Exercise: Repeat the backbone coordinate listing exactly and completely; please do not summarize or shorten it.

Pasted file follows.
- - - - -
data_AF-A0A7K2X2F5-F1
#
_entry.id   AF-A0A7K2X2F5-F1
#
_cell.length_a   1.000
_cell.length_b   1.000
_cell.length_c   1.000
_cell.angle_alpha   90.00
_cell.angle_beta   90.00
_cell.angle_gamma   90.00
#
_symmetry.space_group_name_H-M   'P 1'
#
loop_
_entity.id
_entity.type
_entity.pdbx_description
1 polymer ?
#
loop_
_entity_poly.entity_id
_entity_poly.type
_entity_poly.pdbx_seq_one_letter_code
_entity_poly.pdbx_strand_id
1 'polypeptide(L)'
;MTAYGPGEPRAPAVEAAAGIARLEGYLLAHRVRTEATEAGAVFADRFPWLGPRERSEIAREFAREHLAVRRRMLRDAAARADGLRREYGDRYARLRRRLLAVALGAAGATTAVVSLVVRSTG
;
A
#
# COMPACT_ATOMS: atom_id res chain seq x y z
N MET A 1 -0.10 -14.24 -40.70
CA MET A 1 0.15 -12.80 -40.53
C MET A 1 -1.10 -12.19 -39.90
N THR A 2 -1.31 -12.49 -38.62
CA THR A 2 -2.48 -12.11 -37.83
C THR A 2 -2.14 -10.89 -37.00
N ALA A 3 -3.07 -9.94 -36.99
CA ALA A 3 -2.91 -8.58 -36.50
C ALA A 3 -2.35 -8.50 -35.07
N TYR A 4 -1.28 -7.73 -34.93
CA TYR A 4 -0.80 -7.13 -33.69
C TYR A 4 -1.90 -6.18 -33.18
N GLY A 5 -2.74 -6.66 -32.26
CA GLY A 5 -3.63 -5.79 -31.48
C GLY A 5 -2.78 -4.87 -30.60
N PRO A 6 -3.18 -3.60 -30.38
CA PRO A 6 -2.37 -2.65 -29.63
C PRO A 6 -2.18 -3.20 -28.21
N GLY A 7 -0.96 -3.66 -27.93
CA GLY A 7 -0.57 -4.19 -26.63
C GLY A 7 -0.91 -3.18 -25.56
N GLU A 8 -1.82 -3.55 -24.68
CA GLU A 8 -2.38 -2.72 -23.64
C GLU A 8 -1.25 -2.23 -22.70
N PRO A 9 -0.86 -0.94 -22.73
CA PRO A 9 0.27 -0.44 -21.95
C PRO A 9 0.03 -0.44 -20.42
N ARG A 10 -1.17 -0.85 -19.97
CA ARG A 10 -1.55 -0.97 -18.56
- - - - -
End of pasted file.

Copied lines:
data_AF-A0A7K2X2F5-F1
#
_entry.id   AF-A0A7K2X2F5-F1
#
_cell.length_a   1.000
_cell.length_b   1.000
_cell.length_c   1.000
_cell.angle_alpha   90.00
_cell.angle_beta   90.00
_cell.angle_gamma   90.00
#
_symmetry.space_group_name_H-M   'P 1'
#
loop_
_entity.id
_entity.type
_entity.pdbx_description
1 polymer ?
#
loop_
_entity_poly.entity_id
_entity_poly.type
_entity_poly.pdbx_seq_one_letter_code
_entity_poly.pdbx_strand_id
1 'polypeptide(L)'
;MTAYGPGEPRAPAVEAAAGIARLEGYLLAHRVRTEATEAGAVFADRFPWLGPRERSEIAREFAREHLAVRRRMLRDAAARADGLRREYGDRYARLRRRLLAVALGAAGATTAVVSLVVRSTG
;
A
#
# COMPACT_ATOMS: atom_id res chain seq x y z
N MET A 1 -0.10 -14.24 -40.70
CA MET A 1 0.15 -12.80 -40.53
C MET A 1 -1.10 -12.19 -39.90
N THR A 2 -1.31 -12.49 -38.62
CA THR A 2 -2.48 -12.11 -37.83
C THR A 2 -2.14 -10.89 -37.00
N ALA A 3 -3.07 -9.94 -36.99
CA ALA A 3 -2.91 -8.58 -36.50
C ALA A 3 -2.35 -8.50 -35.07
N TYR A 4 -1.28 -7.73 -34.93
CA TYR A 4 -0.80 -7.13 -33.69
C TYR A 4 -1.90 -6.18 -33.18
N GLY A 5 -2.74 -6.66 -32.26
CA GLY A 5 -3.63 -5.79 -31.48
C GLY A 5 -2.78 -4.87 -30.60
N PRO A 6 -3.18 -3.60 -30.38
CA PRO A 6 -2.37 -2.65 -29.63
C PRO A 6 -2.18 -3.20 -28.21
N GLY A 7 -0.96 -3.66 -27.93
CA GLY A 7 -0.57 -4.19 -26.63
C GLY A 7 -0.91 -3.18 -25.56
N GLU A 8 -1.82 -3.55 -24.68
CA GLU A 8 -2.38 -2.72 -23.64
C GLU A 8 -1.25 -2.23 -22.70
N PRO A 9 -0.86 -0.94 -22.73
CA PRO A 9 0.27 -0.44 -21.95
C PRO A 9 0.03 -0.44 -20.42
N ARG A 10 -1.17 -0.85 -19.97
CA ARG A 10 -1.55 -0.97 -18.56